8 March 2013
Being deep in the throes of thesis-wrangling has left me little time for blogging lately, but as a woman and a geoscientist I definitely thought it was important to write a little bit about International Women’s Day, and about my own experiences. I first became aware that this was a day of celebration when my graduate advisor and I encountered a parade in downtown Xela when we were in Guatemala doing fieldwork for my thesis. It was a beautiful day and the parade-goers were lively and excited and enthused.
I had never really thought about the fact that there was a day for women that people celebrated, perhaps because I have had what is unfortunately a rare experience of being a woman in a traditionally male-dominated field: I’ve never encountered anyone telling me I can’t do something because I am female, and I have never encountered anyone who’s made me feel uncomfortable about doing what I love. I don’t want to say “I’m lucky” that this hasn’t happened, because I shouldn’t feel lucky about not encountering misogyny in my field – it should not be the norm to expect to encounter any at all.
Perhaps this is because of who I’ve surrounded myself with in the course of becoming a scientist. I have to start with mentioning that my parents were a big part of it. Both of them encouraged my love of rocks (and dinosaurs, and dirt, and volcanoes, and every other messy geological thing I could get involved in) for as long as I can remember. Both of them took me to the Natural History Museum more times than I can count, let me drag them to fossil digs and put up with my rock collection, let me dig giant holes in the backyard, taped TV shows about geology and bought me every rock and mineral and volcano and dinosaur book I wanted. There was never any question that I could be a scientist – I only had to do my best at it.
In primary school, I had any number of teachers who encouraged my love of science. I distinctly remember filling pages of my second-grade daily journal with diagrams of volcanoes, and there were always science books around the classroom. I did a project for every science fair, was never told that the reason I was having trouble with math in fourth grade was because I was a girl (it was actually because I needed glasses), and the school librarian encouraged me to check out science books as often as she fed my love of fantasy and adventure novels. Half my choices from the school book fairs were something science-related, and my parents always bought them for me. In sixth grade, my teacher teamed up with our school counselor to send a group of us to visit the American Association of University Women in Washington, and I still remember my amazement and delight that an entire organization existed just for women who wanted to do the kinds of things that I did.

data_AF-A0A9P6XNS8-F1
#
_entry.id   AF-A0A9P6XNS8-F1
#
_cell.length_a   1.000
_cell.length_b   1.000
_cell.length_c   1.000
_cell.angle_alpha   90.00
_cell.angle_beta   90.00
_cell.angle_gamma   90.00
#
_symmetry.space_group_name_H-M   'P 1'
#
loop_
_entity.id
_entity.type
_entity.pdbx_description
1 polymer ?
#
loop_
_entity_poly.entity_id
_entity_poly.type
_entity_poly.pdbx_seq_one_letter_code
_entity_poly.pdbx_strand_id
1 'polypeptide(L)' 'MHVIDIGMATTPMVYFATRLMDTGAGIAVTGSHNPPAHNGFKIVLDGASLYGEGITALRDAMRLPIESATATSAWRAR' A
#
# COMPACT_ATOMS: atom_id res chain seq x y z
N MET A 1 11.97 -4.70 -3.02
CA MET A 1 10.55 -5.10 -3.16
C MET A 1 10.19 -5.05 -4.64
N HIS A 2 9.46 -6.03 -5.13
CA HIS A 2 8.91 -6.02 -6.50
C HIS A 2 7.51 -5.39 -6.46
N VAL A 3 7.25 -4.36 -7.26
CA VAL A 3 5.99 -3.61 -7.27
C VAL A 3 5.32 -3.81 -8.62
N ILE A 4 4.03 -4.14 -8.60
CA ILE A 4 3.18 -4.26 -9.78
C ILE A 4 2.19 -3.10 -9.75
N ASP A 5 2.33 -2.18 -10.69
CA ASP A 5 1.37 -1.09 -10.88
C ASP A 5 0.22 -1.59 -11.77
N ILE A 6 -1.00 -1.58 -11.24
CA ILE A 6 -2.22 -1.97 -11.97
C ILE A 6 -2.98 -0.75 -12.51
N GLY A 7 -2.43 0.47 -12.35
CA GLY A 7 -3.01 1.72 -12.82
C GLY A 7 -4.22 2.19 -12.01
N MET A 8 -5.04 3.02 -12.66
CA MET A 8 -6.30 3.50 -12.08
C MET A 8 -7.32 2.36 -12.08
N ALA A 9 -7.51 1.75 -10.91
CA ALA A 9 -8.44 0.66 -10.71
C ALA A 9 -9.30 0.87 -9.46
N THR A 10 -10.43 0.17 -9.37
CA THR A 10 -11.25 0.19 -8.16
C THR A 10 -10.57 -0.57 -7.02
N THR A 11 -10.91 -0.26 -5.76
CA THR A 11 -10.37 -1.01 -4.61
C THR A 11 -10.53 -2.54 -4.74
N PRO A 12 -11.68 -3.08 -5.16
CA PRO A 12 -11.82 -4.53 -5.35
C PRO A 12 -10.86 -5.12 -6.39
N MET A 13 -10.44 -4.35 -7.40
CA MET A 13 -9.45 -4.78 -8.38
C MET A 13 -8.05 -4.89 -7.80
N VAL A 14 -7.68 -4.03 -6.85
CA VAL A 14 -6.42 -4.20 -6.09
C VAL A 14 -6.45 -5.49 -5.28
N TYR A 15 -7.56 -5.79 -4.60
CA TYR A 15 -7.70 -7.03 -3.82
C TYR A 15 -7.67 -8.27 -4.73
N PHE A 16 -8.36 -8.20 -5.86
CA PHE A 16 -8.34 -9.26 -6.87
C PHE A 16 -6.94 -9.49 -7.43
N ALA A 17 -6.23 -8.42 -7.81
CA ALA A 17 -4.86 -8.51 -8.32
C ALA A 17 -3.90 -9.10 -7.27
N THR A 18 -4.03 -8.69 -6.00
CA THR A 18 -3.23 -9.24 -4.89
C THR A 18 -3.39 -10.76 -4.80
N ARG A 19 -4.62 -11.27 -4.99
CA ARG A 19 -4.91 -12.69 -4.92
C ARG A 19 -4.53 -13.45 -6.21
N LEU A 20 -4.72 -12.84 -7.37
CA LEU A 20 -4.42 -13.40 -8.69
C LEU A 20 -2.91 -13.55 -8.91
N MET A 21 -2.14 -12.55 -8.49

In high school, even when I disliked the science class (you should hear me whine about physics!) I was never told that I wasn’t good enough because I was a girl. My chemistry teacher encouraged me to take his AP class and put up with my incredibly smelly science fair project about volcanic gases. The year I took physics, I did a project involving a seismograph and how different building materials transmit earthquake energy – and I learned how to lay brick and pour concrete from my mother so I could build the structures! And I wasn’t the only one; two of my best female friends went to every science fair with me, and one of them even went on to the national level of the Intel Science and Talent Search with her senior entry. (I can’t remember exactly what it was, but she kept getting stopped by administrators because they claimed it looked like a bomb, so I think it was one of her more electronics-heavy inventions.)